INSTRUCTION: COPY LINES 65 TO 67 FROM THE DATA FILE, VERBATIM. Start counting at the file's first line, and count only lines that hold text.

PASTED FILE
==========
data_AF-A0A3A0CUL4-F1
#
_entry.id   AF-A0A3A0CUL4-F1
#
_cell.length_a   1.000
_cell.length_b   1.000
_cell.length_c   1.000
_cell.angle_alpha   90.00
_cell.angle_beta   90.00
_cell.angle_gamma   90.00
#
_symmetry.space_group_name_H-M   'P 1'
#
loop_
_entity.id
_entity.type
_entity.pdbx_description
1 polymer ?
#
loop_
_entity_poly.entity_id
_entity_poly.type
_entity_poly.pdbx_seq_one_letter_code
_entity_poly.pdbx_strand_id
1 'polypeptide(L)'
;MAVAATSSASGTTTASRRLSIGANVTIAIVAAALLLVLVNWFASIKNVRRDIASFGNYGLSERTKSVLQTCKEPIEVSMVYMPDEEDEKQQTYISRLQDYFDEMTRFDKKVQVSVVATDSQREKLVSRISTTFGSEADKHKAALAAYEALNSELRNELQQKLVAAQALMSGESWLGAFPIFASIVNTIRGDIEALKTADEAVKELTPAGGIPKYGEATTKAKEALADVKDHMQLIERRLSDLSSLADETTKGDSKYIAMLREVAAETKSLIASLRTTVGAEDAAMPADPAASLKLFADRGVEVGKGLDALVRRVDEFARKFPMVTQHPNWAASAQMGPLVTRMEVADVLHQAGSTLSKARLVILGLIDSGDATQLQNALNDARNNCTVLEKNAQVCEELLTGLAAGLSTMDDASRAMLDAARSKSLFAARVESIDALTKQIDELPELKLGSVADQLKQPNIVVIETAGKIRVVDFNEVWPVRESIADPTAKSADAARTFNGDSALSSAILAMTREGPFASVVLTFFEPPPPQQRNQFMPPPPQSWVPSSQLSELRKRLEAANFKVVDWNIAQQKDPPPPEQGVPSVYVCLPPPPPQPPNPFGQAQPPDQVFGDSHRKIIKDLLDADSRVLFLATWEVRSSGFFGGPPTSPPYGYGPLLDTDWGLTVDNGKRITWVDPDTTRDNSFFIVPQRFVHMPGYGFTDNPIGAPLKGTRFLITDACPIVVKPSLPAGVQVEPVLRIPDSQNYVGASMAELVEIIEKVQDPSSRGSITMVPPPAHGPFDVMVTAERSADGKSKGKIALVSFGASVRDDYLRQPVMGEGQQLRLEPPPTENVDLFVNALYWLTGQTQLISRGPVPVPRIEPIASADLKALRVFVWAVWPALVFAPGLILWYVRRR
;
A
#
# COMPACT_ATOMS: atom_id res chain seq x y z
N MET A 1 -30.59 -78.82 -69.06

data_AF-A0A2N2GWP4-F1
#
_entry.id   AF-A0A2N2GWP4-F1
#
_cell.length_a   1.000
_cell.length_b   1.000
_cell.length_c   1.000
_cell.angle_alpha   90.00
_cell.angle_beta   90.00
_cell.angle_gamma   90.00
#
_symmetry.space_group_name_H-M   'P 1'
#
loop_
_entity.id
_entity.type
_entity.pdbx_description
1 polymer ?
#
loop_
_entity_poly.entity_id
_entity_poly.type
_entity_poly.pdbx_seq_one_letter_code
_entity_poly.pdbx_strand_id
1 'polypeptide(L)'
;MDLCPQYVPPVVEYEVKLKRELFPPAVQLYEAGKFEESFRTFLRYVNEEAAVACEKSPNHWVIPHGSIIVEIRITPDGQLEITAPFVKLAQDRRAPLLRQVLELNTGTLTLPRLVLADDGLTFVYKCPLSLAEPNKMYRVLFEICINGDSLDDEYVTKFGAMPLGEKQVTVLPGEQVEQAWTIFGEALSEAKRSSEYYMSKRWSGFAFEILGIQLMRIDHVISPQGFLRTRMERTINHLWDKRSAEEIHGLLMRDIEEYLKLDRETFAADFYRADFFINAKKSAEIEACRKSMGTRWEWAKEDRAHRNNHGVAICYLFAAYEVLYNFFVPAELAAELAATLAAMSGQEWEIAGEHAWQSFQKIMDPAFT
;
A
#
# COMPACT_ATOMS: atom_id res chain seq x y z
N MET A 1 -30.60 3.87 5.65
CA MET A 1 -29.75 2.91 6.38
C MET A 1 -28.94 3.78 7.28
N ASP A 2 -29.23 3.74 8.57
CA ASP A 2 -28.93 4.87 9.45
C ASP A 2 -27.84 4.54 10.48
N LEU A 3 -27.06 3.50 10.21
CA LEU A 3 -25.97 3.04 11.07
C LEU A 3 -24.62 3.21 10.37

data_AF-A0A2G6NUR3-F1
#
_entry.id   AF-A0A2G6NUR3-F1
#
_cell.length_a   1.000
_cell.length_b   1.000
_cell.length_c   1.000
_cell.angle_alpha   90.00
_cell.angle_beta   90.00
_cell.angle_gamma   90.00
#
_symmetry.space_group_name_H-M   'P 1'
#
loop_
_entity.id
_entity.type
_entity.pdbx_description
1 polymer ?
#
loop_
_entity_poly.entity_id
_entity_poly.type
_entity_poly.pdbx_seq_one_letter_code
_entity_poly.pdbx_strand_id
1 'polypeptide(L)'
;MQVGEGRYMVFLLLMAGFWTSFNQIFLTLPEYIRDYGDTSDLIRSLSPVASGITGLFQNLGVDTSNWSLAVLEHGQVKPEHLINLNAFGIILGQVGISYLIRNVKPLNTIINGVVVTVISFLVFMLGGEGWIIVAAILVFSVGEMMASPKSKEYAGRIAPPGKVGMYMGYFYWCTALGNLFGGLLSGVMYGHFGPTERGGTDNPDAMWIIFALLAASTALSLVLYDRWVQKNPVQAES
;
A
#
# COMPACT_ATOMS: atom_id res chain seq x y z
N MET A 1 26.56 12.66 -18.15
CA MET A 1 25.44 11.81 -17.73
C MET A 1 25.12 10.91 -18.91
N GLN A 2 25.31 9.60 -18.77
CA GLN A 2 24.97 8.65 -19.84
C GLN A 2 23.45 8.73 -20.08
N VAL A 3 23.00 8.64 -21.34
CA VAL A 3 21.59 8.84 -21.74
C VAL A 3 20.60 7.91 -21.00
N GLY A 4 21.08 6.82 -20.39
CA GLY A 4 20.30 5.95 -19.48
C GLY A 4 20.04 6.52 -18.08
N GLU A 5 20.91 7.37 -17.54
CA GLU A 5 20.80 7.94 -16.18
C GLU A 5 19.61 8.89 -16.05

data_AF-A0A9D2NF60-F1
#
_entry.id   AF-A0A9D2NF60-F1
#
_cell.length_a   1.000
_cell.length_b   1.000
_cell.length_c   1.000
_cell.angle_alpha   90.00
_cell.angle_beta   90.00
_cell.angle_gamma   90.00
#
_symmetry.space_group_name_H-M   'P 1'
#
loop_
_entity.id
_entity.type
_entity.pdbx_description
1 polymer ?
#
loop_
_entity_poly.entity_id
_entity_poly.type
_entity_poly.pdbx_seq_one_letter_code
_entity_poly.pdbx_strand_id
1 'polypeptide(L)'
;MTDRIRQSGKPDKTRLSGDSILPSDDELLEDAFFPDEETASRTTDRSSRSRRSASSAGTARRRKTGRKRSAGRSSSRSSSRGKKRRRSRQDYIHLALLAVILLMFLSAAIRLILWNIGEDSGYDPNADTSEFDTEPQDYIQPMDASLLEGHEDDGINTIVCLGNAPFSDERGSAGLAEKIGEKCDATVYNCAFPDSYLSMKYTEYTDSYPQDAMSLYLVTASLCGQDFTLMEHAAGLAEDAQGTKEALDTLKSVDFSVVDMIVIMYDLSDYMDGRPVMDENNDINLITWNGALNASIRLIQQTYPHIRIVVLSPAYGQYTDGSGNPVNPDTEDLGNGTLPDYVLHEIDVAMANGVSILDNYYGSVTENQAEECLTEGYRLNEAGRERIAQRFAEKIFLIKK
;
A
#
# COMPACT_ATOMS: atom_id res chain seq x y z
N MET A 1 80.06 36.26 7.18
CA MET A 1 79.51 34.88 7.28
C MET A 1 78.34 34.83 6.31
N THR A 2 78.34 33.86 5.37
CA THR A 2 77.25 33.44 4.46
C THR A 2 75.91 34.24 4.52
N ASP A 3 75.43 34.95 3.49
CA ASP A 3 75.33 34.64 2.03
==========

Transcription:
N ASP A 2 -29.23 3.74 8.57
CA ASP A 2 -28.93 4.87 9.45
C ASP A 2 -27.84 4.54 10.48